Monday, July 20, 2009

Why buy a state you already own? 

Reading John Lott today reminds me yet again of the research of Gavin Wright on the New Deal. (JSTOR copy here.) Written in 1974, Wright found that the distribution of grants and of WPA jobs were driven in no small part by political considerations.
The distribution of WPA employment was "a storm center from the beginning" (Howard 1943, p. 596), and charges of discrimination were common, most especially from governors who believed they were being shortchanged (Patterson 1969, pp. 54, 57, 77, 81, 198-200). Apprehension about the motives of WPA was promoted also by the fact that "the WPA was most reluctant to give out any information about the way in which state employment quotas were determined" (MacMahon et al. 1941, p. 223).
Wright found that if a state was more "in play" -- by which was meant the degree to which states switched support between Republican and Democratic candidates in the prior half-century -- it was more likely to receive grants and WPA jobs.

Lott writes:

Politico reported on June 5 that the �Stimulus tour� � visits by Mr. Obama and other administration officials �across the country to tout the massive spending program or hand out stimulus cash to grateful local officials� � overwhelmingly took place in states that voted for Obama: �52 of the 66 events were in states that backed Obama.� The other 14 events were in states that Obama lost only narrowly. A new study released by USA Today also finds that counties that voted for Obama received about twice as much stimulus money per capita as those that voted for McCain.

In our results, Obama's share of the vote accounted for only a small percentage of the variation in how the stimulus money is being allocated. A one percentage point increase in Obama's vote share means an additional $13.52 in per capita spending, but even then the relationship rests on the large amount of money given to D.C.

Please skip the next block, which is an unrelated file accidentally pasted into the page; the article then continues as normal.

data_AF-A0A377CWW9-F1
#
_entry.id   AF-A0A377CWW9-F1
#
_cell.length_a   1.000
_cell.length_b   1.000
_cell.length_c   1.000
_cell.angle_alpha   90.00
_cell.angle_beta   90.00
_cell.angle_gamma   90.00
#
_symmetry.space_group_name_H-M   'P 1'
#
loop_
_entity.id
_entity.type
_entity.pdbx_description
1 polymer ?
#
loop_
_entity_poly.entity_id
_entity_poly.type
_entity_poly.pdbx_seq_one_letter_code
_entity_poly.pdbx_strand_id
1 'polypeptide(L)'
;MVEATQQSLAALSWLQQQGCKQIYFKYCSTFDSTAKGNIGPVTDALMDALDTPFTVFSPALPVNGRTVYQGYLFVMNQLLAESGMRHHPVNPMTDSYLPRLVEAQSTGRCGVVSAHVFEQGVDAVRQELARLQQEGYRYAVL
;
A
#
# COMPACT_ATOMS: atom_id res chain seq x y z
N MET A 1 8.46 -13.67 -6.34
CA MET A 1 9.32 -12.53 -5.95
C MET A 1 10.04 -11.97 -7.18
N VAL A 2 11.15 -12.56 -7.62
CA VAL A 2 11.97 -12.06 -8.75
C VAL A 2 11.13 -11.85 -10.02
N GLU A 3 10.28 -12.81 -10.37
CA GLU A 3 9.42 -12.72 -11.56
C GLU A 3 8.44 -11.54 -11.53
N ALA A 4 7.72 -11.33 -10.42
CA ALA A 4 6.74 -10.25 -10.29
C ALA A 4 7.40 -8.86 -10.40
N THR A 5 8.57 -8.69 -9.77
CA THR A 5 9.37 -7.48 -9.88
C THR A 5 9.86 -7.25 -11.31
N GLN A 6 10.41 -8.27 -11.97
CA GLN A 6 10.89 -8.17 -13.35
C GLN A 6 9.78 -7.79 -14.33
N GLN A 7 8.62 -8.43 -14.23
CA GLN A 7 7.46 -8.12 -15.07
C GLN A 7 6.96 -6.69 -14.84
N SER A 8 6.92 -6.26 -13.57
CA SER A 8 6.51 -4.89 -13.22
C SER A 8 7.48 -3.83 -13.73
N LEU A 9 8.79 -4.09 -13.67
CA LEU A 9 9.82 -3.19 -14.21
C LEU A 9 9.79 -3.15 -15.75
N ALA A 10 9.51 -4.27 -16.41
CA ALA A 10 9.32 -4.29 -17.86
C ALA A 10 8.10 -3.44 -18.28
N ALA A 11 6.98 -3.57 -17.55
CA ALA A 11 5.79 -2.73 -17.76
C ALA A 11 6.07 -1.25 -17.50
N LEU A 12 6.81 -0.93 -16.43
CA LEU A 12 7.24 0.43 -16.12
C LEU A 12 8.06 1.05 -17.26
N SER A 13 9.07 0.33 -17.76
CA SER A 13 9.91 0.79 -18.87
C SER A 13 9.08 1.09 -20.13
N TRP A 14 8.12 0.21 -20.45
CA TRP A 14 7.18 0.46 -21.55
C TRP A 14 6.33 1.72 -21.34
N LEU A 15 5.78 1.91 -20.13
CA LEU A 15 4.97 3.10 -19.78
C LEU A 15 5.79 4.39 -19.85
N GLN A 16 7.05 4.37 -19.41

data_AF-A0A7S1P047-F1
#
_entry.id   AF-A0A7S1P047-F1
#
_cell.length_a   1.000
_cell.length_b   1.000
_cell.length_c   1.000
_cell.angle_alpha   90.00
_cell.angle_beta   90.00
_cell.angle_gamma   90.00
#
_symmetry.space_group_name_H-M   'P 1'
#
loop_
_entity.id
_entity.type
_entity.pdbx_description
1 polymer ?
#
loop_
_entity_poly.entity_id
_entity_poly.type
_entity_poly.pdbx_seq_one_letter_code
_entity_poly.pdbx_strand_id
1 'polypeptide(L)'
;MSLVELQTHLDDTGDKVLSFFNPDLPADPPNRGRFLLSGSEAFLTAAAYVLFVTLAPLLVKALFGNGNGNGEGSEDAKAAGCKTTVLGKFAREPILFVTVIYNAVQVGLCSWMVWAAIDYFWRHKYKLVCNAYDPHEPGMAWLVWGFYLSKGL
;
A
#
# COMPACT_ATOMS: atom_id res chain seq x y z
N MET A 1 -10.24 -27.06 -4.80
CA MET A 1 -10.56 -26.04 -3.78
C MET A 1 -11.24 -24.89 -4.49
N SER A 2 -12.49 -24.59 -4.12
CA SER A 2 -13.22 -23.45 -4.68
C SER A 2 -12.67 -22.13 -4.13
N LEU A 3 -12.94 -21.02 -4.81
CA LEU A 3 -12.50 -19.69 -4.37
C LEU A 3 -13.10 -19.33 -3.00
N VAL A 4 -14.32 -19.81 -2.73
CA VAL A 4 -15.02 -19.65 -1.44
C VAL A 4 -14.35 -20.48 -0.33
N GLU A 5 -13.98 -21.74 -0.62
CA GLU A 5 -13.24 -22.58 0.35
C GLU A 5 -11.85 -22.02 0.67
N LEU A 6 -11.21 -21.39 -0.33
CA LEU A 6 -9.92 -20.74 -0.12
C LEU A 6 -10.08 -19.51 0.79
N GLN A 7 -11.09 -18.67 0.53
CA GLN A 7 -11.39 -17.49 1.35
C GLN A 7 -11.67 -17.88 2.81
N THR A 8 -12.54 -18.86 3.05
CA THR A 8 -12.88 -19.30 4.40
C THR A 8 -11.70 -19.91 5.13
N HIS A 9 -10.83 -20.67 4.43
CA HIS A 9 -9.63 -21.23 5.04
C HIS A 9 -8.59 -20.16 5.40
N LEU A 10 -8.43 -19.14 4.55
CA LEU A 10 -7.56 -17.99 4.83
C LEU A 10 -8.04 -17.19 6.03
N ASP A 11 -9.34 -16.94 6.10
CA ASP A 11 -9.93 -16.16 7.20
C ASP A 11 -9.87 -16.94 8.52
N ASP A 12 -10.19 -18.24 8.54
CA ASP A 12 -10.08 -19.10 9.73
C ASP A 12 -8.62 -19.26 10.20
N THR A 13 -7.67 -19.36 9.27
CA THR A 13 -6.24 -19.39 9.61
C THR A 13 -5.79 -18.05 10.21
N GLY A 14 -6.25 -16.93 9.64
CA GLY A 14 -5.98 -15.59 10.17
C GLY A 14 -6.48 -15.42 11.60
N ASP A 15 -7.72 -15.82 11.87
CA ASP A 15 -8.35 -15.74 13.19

I would argue John needs a fuller analysis here of voting patterns. It makes no sense to be lavish on Washington DC in this view because the District is reliably Democratic. I would look for states that have had votes switch more often, swing states like Ohio or Missouri or Florida. If Obama's spending is politically motivated, you should be able to use that variability of voting with the measures Lott includes like unemployment, foreclosure and bankruptcy and find a result.

Looking at his regression, I see he's included per capita income and vote share for Obama -- I'd like to see a correlation of those two, because I suspect richer states voted for Obama. I would also think there's some multicollinearity in the various measures of economic hardship included. I'll send John a link, and suggest he try some additional tests to flesh out this result a la Wright or John Wallis (REStat 1987, JSTOR link.)

UPDATE (7/21): John emailed correlation coefficients for per capita gdp growth and Obama's vote share: .60 with DC included, .46 without. The DC influence is VERY strong.

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